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CSC205::Lecture Note::Week 04
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Overview Assignment(s) Code Rot13.java | Import.java | PolyNumber.java | XYZ.java | Robot.java | Robot2.java
A.java (arrays) | Exceptions.java | TestExceptions.java | Xception.java


Arrays

An array is a aggregate (collection, set, group, list) of individual data values with two characteristics: it is ordered and homogeneous.

The following are some array-related terms:

An array is homogeneous because each element must be of the same type. Example: an array of int values, an array of float values, an array of char values, and array of Object values (handles, references, pointers).

An array is ordered because it has a 1st element, a 2nd element, a 3rd element, and so on. Array elements are probably stored in contiguous memory locations [this is definitely true in C and C++; in Java it is left up to the JVM implementors].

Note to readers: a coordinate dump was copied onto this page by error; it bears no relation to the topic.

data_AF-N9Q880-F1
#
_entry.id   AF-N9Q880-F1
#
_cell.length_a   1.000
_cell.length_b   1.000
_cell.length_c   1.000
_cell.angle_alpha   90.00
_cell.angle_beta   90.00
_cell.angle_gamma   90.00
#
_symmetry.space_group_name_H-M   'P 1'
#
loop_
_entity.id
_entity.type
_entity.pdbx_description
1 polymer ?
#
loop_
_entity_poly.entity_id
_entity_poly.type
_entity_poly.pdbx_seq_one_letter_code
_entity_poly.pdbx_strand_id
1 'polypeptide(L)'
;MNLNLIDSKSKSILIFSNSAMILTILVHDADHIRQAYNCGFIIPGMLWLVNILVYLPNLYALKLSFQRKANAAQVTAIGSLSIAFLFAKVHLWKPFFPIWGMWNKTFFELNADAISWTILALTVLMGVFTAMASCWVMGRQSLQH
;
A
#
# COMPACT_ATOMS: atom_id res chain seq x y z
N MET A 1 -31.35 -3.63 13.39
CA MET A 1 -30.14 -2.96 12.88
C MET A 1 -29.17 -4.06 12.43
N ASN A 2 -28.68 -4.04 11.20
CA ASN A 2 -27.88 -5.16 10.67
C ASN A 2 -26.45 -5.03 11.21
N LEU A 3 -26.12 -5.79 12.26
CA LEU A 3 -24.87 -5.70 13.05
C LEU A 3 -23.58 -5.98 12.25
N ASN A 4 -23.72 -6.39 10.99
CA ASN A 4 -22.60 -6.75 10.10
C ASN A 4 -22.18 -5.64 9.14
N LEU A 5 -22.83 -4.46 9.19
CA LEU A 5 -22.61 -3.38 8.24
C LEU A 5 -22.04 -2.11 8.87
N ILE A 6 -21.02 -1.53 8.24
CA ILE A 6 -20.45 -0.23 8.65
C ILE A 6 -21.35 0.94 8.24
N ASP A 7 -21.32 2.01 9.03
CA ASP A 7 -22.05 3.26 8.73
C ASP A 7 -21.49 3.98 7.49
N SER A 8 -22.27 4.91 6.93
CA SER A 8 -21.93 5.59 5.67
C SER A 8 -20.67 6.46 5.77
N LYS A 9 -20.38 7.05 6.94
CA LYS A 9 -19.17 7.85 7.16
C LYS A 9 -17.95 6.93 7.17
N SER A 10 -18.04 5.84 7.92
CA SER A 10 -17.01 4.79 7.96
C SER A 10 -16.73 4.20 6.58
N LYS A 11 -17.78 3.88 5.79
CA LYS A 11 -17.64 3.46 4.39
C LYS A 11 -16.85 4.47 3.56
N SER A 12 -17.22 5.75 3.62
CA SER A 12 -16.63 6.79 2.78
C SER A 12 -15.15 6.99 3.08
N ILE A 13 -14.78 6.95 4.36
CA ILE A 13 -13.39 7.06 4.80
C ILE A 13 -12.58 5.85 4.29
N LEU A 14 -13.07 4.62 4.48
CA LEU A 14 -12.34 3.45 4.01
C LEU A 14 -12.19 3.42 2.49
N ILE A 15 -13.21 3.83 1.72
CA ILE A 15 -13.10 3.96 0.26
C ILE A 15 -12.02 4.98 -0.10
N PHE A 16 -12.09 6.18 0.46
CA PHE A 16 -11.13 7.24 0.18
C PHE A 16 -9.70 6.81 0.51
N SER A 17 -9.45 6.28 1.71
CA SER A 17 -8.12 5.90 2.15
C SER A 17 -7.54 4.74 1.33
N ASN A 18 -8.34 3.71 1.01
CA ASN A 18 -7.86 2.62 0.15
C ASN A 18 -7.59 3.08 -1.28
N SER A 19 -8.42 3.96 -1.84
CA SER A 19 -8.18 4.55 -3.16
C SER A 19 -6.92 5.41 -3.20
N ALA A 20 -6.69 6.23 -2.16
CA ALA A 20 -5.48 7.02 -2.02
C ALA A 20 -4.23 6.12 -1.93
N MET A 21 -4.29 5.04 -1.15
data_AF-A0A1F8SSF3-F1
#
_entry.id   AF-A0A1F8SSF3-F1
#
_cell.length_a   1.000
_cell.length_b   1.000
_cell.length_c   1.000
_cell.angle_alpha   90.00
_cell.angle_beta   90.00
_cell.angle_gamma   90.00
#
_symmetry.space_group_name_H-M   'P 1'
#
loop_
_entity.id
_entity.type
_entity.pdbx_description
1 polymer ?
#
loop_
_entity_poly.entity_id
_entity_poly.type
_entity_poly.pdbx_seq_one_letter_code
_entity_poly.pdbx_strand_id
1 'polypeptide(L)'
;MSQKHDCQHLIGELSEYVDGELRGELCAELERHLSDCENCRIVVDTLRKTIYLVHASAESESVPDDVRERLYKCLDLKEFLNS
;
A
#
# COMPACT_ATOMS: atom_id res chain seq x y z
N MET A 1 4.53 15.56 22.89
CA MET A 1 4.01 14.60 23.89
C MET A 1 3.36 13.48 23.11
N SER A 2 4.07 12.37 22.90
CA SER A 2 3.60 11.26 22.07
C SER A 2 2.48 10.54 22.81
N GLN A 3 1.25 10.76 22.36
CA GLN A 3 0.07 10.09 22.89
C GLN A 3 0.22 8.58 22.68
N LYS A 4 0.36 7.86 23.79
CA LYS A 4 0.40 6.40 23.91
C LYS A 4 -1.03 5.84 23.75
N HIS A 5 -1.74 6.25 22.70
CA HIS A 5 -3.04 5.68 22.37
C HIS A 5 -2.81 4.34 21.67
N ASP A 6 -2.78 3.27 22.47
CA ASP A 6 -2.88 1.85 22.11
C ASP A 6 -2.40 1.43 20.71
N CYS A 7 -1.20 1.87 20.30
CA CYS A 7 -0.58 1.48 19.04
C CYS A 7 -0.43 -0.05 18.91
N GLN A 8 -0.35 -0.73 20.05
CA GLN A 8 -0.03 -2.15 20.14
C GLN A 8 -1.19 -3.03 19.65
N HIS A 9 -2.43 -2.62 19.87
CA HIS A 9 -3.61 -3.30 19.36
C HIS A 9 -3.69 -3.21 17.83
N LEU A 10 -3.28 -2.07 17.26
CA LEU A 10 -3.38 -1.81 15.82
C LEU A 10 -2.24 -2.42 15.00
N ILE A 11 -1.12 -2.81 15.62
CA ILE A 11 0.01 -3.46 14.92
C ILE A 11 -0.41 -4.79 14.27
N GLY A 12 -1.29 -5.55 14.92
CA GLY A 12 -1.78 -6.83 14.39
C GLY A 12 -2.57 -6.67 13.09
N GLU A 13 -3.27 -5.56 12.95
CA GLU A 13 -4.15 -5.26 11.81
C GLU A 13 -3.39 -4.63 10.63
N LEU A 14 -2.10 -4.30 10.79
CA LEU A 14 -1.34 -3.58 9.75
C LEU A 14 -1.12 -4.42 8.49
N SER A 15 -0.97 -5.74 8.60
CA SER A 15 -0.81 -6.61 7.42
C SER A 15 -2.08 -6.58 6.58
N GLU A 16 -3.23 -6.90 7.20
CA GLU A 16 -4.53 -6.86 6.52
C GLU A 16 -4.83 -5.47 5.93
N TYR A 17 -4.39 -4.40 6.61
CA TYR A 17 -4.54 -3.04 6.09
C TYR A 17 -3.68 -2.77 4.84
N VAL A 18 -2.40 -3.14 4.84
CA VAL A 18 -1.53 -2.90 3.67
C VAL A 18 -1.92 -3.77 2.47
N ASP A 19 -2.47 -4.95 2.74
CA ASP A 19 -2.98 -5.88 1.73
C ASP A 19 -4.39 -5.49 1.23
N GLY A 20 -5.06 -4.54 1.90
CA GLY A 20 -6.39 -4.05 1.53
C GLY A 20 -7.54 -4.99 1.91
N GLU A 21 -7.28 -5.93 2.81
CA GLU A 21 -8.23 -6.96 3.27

Here is a list of items you should understand when using arrays:

Defining an Array of Primitive Types

The following creates an array of long values:

   long[] ssNbrs;      // an array of social security numbers

      // ssNbrs is an object variable that is going to point to
      // an array of  long  values; at this point and time, it 
      // doesn't point to anything (i.e. it is equal to  null)

   ...

   int n = fooA();    // get the array length somehow

   ...

   ssNbrs = new long[n];

      // array length is decided at run-time (i.e. we don't know
      // the array length at compile-time; the information is
      // obtained from a user, or from a database file, etc.)
      // two things occur when an array is defined:  memory is